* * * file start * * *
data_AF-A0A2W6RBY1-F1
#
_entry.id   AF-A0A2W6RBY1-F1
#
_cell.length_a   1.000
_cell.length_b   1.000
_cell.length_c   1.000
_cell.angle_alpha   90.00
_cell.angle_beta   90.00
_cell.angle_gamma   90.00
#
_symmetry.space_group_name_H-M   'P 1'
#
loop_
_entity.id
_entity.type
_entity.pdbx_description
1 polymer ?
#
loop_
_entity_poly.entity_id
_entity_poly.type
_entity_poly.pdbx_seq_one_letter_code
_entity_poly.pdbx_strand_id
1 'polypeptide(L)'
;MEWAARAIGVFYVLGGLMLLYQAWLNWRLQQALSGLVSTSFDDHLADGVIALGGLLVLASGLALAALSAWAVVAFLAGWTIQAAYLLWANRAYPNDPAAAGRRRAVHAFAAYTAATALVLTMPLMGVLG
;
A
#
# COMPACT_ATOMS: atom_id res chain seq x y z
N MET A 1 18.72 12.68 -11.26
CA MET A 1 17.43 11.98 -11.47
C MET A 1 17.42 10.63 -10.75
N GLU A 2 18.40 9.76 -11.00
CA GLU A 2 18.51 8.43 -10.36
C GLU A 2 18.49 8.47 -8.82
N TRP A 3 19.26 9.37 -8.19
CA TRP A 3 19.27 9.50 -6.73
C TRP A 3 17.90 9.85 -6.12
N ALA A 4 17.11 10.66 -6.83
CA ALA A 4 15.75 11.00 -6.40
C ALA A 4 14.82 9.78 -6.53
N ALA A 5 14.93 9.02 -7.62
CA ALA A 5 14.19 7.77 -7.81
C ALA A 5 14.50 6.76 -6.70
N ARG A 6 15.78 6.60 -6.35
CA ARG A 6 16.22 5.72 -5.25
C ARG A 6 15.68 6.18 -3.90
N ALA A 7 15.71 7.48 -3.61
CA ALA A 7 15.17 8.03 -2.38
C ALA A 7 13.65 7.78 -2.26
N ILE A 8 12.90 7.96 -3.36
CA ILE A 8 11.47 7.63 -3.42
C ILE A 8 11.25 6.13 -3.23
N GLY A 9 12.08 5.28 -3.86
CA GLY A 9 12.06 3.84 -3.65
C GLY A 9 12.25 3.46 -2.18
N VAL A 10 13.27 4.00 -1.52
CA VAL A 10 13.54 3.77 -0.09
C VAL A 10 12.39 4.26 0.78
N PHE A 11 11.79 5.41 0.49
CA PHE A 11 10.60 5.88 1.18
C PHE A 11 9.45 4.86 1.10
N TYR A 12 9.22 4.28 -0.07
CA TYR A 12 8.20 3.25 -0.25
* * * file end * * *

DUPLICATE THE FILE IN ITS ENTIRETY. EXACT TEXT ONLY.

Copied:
data_AF-A0A2W6RBY1-F1
#
_entry.id   AF-A0A2W6RBY1-F1
#
_cell.length_a   1.000
_cell.length_b   1.000
_cell.length_c   1.000
_cell.angle_alpha   90.00
_cell.angle_beta   90.00
_cell.angle_gamma   90.00
#
_symmetry.space_group_name_H-M   'P 1'
#
loop_
_entity.id
_entity.type
_entity.pdbx_description
1 polymer ?
#
loop_
_entity_poly.entity_id
_entity_poly.type
_entity_poly.pdbx_seq_one_letter_code
_entity_poly.pdbx_strand_id
1 'polypeptide(L)'
;MEWAARAIGVFYVLGGLMLLYQAWLNWRLQQALSGLVSTSFDDHLADGVIALGGLLVLASGLALAALSAWAVVAFLAGWTIQAAYLLWANRAYPNDPAAAGRRRAVHAFAAYTAATALVLTMPLMGVLG
;
A
#
# COMPACT_ATOMS: atom_id res chain seq x y z
N MET A 1 18.72 12.68 -11.26
CA MET A 1 17.43 11.98 -11.47
C MET A 1 17.42 10.63 -10.75
N GLU A 2 18.40 9.76 -11.00
CA GLU A 2 18.51 8.43 -10.36
C GLU A 2 18.49 8.47 -8.82
N TRP A 3 19.26 9.37 -8.19
CA TRP A 3 19.27 9.50 -6.73
C TRP A 3 17.90 9.85 -6.12
N ALA A 4 17.11 10.66 -6.83
CA ALA A 4 15.75 11.00 -6.40
C ALA A 4 14.82 9.78 -6.53
N ALA A 5 14.93 9.02 -7.62
CA ALA A 5 14.19 7.77 -7.81
C ALA A 5 14.50 6.76 -6.70
N ARG A 6 15.78 6.60 -6.35
CA ARG A 6 16.22 5.72 -5.25
C ARG A 6 15.68 6.18 -3.90
N ALA A 7 15.71 7.48 -3.61
CA ALA A 7 15.17 8.03 -2.38
C ALA A 7 13.65 7.78 -2.26
N ILE A 8 12.90 7.96 -3.36
CA ILE A 8 11.47 7.63 -3.42
C ILE A 8 11.25 6.13 -3.23
N GLY A 9 12.08 5.28 -3.86
CA GLY A 9 12.06 3.84 -3.65
C GLY A 9 12.25 3.46 -2.18
N VAL A 10 13.27 4.00 -1.52
CA VAL A 10 13.54 3.77 -0.09
C VAL A 10 12.39 4.26 0.78
N PHE A 11 11.79 5.41 0.49
CA PHE A 11 10.60 5.88 1.18
C PHE A 11 9.45 4.86 1.10
N TYR A 12 9.22 4.28 -0.07
CA TYR A 12 8.20 3.25 -0.25